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Ishita Ayan Dutt Aditi Divekar & Rajesh Bhayani  |  KolkataMumbai  Last Updated at March 21, 2020 01:50 IST

The S&P BSE Metal index has underperformed the benchmark Sensex by a wide margin. Since fear of the coronavirus (COVID-19) outbreak gripped the markets, the index has fallen by about 43 per cent compared to 29 per cent in the case of the Sensex.

At the London Metal Exchange (LME), the price of aluminium, copper and zinc have also fallen sharply, ranging between 10 per cent and 25 per cent; steel prices are still holding out, but there are signs of a correction in the weeks ahead.document.write("");googletag.cmd.push(function(){googletag.defineOutOfPageSlot('/6516239/outofpage_1x1_desktop','div-gpt-ad-1490771277198-0').addService(googletag.pubads());googletag.pubads().enableSyncRendering();googletag.enableServices();});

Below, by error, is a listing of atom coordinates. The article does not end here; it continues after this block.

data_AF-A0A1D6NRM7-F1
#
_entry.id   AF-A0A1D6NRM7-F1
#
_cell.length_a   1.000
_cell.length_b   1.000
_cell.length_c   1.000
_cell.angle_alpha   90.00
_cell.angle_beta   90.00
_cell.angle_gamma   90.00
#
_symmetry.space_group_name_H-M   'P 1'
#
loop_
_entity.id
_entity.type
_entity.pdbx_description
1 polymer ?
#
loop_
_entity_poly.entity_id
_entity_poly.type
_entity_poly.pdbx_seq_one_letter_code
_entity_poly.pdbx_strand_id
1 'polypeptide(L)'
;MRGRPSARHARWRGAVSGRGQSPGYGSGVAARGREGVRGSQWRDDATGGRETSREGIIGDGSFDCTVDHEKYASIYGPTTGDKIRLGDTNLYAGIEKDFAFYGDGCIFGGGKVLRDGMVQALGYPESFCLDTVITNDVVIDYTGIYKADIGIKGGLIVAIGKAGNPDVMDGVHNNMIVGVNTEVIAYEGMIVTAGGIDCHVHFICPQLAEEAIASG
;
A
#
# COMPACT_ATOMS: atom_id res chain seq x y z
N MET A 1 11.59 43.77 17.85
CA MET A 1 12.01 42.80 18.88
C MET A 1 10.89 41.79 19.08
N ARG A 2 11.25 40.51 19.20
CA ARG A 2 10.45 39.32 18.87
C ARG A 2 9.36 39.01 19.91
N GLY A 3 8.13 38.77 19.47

In the last three months, steel prices increased by 15 per cent; the last round of hike in March (at Rs 500-800), is still holding. However, the market believes that a correction is likely in April.

Analyst reports suggest that margins are likely to contract from the first quarter. What’s more, China has increased export tax rebates. This indicates that it’s keen on pushing exports from the country. The domestic hot rolled coil (HRC), a benchmark for flat steel, is anyway at a two per cent premium to the landed price of imports from South East Asian countries.

Jindal Steel & Power managing director V R Sharma said demand was stable at the moment but sentiment was down as people are scared because of the virus outbreak.

Sharma does not expect prices to go up further but is not overtly worried. The next one month, he believes, will be good for exporters. “Lots of enquiries are coming from China,” he said.

On Chinese imports into India in light of the rebates, Sharma said, it was not a threat. They would have to meet BIS standards.